Medieval Rings

les Enluminures
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BYZANTINE ARCHITECTURAL RING

Byzantium, 6th century

gold and pink hardstone

  • 35.700 €
  • £30,900
  • $40,000
  • BYZANTINE ARCHITECTURAL RING

    Byzantium, 6th century
    gold and pink hardstone
    weight 5.8 gr.; circumference 57.6 mm.; US size 8 ¼; UK size Q

    This elegant ring shows the goldsmith’s mastery. Its typology and style of decoration were found in Byzantium, as well as in Western Europe. It belongs to the group of architectural rings, so-called because of the parallels between their shape and that of architectural elements such as domes and arcades. The majority was discovered in Northern Gaul, often in gravesites in the tombs of women, while others were found in Byzantium. According to Chadour, this type of ring with an architectural bezel in a round form (instead if square) originated in Byzantium and then spread to Europe. The ring displays similarities with jewels forming part of a group of 6th century Merovingian architectural rings. The colonnade decorating the base of the projecting bezel is reminiscent of that appearing in many of these rings that were made in Northern Gaul.

    Description
    The projecting domed bezel holds a pinkish-red hardstone; around its sides a twisted wire forms a series of granulated hoops forming six arches. Gold beads punctuate the corners of the arches and four larger beads seat at the edges of the bezel. The hoop is large and flat and decorated with a double braid.

    Literature:
    For comparison, see Alice and Louis Koch collection (a Byzantine gold architectural ring with an arch bezel punctuated at its corners with gold beads shows, published in Chadour, 1994, vol. I, n. 495 and 496), Musée du Louvre, OA11015 (a 6th-7th century architectural ring found in France, set with a garnet, with an architectural colonnade at the base of the bezel (published in Hindman, 2007, p. 81). A list of the extant architectural rings is found in Hindman.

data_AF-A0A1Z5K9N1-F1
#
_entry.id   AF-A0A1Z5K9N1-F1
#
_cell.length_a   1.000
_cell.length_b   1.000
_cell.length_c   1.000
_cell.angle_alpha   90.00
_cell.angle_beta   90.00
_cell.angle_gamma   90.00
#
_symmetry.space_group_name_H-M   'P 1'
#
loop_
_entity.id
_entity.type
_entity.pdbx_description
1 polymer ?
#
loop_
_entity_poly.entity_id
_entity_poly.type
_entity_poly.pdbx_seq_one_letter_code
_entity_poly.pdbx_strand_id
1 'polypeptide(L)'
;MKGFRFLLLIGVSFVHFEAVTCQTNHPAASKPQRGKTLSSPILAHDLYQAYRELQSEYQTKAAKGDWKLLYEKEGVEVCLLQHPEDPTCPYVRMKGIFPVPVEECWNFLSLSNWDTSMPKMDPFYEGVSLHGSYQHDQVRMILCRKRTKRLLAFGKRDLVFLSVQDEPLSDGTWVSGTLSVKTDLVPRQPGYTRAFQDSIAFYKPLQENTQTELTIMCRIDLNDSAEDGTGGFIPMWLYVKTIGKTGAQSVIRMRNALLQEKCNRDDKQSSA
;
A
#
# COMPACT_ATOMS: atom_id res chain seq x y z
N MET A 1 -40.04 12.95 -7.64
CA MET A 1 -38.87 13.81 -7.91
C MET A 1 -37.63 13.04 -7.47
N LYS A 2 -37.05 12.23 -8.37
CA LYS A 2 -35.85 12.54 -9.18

Reference number: 136

  • Early Christian & Byzantine

    Information about rings in late Antiquity comes from Roman authors, such as Pliny, Martial, and Clement of Alexandria. In his Natural History Pliny states: “... many people do not allow any gems in a signet-ring, and seal with the gold itself; this was a fashion invented when Claudius Caesar was Emperor.” The Roman poet Martial remarked in the first century A.D. he had seen a middle-class citizen wearing no less than six rings on each finger; although under Septimus Severus (died 211 A.D.) a decree was issued allowing each soldier to wear a single gold ring. The Church Fathers, such as Clement of Alexandria, discouraged wearing any jewelry at all. However, they did permit Christians to wear one ring, either the seal of their family or the wedding ring; and rings bearing Christian symbols such as fish, birds, and inscriptions of religious character were deemed acceptable.